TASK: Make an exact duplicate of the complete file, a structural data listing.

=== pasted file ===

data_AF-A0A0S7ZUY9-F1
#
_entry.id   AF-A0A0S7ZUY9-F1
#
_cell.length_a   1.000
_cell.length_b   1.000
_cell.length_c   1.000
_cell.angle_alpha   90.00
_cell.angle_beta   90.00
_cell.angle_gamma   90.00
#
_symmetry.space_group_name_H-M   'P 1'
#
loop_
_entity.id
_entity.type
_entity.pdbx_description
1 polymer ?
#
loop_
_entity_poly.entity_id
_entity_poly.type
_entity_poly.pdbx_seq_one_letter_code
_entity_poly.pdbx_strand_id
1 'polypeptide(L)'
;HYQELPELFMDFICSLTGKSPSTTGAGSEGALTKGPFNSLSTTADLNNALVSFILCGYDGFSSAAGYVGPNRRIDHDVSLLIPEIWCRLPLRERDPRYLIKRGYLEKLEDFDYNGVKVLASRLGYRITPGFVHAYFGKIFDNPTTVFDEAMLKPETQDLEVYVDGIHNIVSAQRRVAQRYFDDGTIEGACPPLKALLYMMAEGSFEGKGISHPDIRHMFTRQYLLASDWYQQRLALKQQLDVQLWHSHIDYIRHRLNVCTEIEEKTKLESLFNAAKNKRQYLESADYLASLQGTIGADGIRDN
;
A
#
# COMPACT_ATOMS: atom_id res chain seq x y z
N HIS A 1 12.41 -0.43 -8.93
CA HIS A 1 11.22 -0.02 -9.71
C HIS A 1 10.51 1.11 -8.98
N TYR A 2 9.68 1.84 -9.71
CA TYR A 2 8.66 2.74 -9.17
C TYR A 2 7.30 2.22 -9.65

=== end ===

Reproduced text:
data_AF-A0A0S7ZUY9-F1
#
_entry.id   AF-A0A0S7ZUY9-F1
#
_cell.length_a   1.000
_cell.length_b   1.000
_cell.length_c   1.000
_cell.angle_alpha   90.00
_cell.angle_beta   90.00
_cell.angle_gamma   90.00
#
_symmetry.space_group_name_H-M   'P 1'
#
loop_
_entity.id
_entity.type
_entity.pdbx_description
1 polymer ?
#
loop_
_entity_poly.entity_id
_entity_poly.type
_entity_poly.pdbx_seq_one_letter_code
_entity_poly.pdbx_strand_id
1 'polypeptide(L)'
;HYQELPELFMDFICSLTGKSPSTTGAGSEGALTKGPFNSLSTTADLNNALVSFILCGYDGFSSAAGYVGPNRRIDHDVSLLIPEIWCRLPLRERDPRYLIKRGYLEKLEDFDYNGVKVLASRLGYRITPGFVHAYFGKIFDNPTTVFDEAMLKPETQDLEVYVDGIHNIVSAQRRVAQRYFDDGTIEGACPPLKALLYMMAEGSFEGKGISHPDIRHMFTRQYLLASDWYQQRLALKQQLDVQLWHSHIDYIRHRLNVCTEIEEKTKLESLFNAAKNKRQYLESADYLASLQGTIGADGIRDN
;
A
#
# COMPACT_ATOMS: atom_id res chain seq x y z
N HIS A 1 12.41 -0.43 -8.93
CA HIS A 1 11.22 -0.02 -9.71
C HIS A 1 10.51 1.11 -8.98
N TYR A 2 9.68 1.84 -9.71
CA TYR A 2 8.66 2.74 -9.17
C TYR A 2 7.30 2.22 -9.65